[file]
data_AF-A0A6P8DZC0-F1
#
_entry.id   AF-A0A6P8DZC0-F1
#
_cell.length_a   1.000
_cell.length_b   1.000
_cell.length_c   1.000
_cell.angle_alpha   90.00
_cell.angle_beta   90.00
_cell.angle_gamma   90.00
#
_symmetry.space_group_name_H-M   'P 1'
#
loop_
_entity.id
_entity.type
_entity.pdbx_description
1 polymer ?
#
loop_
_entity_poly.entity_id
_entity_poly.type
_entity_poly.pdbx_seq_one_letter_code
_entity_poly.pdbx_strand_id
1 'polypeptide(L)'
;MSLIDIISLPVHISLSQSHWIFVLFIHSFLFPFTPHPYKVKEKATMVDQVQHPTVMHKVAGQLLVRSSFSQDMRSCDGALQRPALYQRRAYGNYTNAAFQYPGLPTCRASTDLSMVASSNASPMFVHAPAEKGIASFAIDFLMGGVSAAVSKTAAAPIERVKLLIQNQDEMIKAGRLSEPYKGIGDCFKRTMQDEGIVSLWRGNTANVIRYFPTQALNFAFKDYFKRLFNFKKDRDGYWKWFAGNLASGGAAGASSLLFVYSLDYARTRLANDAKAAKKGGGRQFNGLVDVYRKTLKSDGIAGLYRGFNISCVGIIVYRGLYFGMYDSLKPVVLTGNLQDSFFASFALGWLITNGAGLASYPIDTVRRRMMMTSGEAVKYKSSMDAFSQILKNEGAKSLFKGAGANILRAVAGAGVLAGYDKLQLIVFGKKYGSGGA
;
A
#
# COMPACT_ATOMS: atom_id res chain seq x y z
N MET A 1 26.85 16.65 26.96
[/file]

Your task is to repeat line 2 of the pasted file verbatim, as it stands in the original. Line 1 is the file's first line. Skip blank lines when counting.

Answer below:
#